Millions of Muslims across the world mark Eid al-Fitr

Millions of Muslims across the world mark Eid al-Fitr

ISTANBUL – Anadolu Agency
Millions of Muslims across the world mark Eid al-Fitr Millions of Muslims around the world marked Eid al-Fitr on July 6, which celebrates the end of Islamic holy month of Ramadan, a day after Turks stopped fasting. 

While Muslims in Turkey and some Balkan nations, such as Albania, marked the first day of the three-day festival on July 5, several Muslim-majority countries in the Middle East and others like Pakistan, Afghanistan, Indonesia and Malaysia began Eid one day later, citing their inability to view the crescent moon ending the lunar month of Ramadan.         

Hundreds of thousands of people said their special Eid prayers in the holy city of Mecca in Saudi Arabia on July 6.        

In Jerusalem, tens of thousands of Muslims flocked to the al-Aqsa Mosque, which for Muslims represent the world’s third holiest site. People prayed for an end to terror attacks targeting Muslim countries.         

In Indonesia, millions across the world’s most populous Muslim nation flocked to fields and mosques in their best outfits to attend Eid prayers.

Afghanistan too marked Eid on July 6, with thousands of people saying their prayers in Mazar-i-Sharif.        
In remarks following the prayers, local governor Atta Muhammad Nur called for unity against terrorism in the country and around the world.        

Millions of Muslims across the African continent also celebrated Eid.

In remarks made to thousands of worshippers gathered at a sports stadium in the capital Pretoria, South African Deputy President Cyril Ramaphosa praised the local Muslim community for its contribution in the fight against apartheid.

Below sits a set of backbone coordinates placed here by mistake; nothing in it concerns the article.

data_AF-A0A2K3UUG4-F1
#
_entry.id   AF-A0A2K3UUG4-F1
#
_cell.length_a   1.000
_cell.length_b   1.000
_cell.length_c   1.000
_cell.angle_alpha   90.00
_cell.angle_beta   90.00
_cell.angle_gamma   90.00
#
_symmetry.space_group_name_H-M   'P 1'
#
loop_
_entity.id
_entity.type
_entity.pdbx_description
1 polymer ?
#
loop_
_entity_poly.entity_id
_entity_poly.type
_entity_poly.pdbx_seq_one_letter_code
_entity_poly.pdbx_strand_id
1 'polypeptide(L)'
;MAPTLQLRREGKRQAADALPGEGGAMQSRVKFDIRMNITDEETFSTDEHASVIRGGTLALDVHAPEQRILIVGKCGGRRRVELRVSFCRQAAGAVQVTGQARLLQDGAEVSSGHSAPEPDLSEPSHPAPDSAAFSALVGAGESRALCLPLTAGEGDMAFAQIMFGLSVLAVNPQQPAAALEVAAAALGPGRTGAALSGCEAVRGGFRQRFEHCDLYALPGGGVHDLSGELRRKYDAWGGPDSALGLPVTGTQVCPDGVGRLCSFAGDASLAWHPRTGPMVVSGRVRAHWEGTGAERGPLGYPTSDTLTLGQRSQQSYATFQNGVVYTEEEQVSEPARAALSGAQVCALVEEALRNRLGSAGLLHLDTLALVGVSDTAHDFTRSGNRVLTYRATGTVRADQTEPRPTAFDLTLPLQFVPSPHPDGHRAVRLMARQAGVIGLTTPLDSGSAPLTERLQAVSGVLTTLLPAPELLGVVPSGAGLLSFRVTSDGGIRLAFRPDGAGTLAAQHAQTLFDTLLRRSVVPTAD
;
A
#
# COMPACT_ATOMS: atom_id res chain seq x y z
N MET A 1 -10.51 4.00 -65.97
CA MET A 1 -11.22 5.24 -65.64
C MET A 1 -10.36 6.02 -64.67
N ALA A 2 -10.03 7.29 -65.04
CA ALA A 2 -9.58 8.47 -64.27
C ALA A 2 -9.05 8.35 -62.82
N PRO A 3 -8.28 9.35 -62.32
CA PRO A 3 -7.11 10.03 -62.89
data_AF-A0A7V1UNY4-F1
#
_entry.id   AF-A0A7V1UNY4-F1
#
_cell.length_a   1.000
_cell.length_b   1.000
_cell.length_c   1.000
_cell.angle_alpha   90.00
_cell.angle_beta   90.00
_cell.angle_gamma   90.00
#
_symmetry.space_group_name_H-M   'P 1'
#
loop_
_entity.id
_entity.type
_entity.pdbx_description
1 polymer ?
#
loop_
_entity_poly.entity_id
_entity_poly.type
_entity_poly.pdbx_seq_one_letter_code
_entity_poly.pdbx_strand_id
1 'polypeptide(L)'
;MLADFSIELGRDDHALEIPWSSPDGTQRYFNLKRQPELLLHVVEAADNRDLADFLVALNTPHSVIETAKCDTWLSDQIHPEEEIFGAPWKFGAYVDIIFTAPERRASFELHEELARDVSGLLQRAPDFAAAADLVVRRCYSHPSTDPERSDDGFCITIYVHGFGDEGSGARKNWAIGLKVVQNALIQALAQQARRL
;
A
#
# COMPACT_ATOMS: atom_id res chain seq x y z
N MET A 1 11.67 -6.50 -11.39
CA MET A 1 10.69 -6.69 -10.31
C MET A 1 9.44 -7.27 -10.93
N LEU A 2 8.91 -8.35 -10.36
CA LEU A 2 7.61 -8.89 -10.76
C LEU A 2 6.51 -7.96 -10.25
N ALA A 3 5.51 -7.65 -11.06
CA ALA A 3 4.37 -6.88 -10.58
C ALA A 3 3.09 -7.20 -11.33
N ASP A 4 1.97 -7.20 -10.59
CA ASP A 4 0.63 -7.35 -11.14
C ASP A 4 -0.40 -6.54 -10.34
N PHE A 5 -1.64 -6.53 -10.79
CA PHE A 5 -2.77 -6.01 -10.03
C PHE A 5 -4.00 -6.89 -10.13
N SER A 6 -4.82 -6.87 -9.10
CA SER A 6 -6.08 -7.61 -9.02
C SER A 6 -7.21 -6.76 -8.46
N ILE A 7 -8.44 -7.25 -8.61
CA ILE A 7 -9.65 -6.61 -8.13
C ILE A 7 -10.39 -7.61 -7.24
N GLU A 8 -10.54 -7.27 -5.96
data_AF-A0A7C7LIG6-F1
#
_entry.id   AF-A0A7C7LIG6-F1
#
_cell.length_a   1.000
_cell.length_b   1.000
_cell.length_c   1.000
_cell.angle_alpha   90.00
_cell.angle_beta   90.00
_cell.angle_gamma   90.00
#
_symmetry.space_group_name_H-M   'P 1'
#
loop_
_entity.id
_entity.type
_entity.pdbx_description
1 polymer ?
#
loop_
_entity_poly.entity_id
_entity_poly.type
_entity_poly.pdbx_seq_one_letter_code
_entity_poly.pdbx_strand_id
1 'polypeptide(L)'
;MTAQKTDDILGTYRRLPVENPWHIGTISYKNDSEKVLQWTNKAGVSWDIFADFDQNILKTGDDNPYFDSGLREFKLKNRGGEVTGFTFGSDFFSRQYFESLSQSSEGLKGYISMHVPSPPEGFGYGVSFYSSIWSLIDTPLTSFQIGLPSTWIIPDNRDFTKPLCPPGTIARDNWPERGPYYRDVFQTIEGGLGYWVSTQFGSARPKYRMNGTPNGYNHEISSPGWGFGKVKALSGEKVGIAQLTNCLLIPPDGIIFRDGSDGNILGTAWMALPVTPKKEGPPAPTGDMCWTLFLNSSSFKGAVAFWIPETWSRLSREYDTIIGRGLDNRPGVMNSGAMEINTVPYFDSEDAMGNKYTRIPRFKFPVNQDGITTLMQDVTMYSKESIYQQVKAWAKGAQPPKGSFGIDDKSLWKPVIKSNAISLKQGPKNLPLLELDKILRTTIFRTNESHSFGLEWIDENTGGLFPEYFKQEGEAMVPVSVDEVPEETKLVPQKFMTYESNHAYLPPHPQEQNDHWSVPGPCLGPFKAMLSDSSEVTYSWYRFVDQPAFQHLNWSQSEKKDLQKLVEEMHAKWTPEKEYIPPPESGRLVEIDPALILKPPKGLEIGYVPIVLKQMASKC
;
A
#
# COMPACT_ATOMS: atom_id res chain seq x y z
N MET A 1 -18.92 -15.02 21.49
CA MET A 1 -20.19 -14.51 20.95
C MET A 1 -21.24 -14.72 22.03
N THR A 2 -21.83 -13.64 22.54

“As we gather here today to celebrate Eid, this day reminds us of the important contribution done by the South African Muslim community in the struggle for our country’s freedom against apartheid,” he said.        

In the Ethiopian capital Addis Ababa, thousands of Muslims dressed in colorful robes thronged the old stadium in the city to say their Eid prayers.    
Addis Ababa Islamic Affairs Supreme Council President Sheikh Ahmed Sheikh praised the Ethiopian government for providing freedom of worship in the country.    
Kenyan President Uhuru Kenyatta also wished Muslims a blessed Eid. “Today, we not only wish you Eid Mubarak but we celebrate this day with you.”        

In Senegal, a coalition of Muslim scholars used their Eid sermons to preach against extremism and reinforced the importance of peace in Islam.        

 “We, the true Muslims, need to stand up and say no to the minority disbelievers who are bent on destroying the religion of Islam,” Sheikh Suleman Ndiaye of the Dieupel Islamic Community in Dakar said.        

In Zambia, President Edgar Lungu called on Muslims to promote peace by living in harmony with others.    
In Nigeria, President Muhammadu Buhari urged Muslims to imbibe the spirit of “tolerance, piety, sacrifice, and love with one another.        

“Let us learn to show gratitude, respect and tolerance to one other, irrespective of our religion, tribe, language and political leanings.”      

In Turkey, Ramadan ended with Eid celebrations beginning on July 5. Turkey’s Religious Affairs Directorate (Diyanet) sent two officials to Chile to sight the crescent moon, which appears there first. According to the Diyanet, sighting the crescent moon anywhere in the world marks the end of Ramadan. However, some Arab countries have adopted the practice of sighting the crescent moon from locations within their borders, and therefore ended Ramadan on July 6. 

Muslim clerics from across the world had agreed to a unified Islamic calendar on May 30 to determine religious days and festivals. Representatives from around 50 countries including Turkey, Malaysia, Egypt and the United States agreed to the proposal at a conference in Istanbul.

The Hijri is a lunar calendar used to determine religious occasions such as Ramadan and the Hajj pilgrimage. However, different interpretations of the Quran have led Muslims around the world to celebrate on differing days. The two-day congress brought together astronomers and officials to create a unified calendar.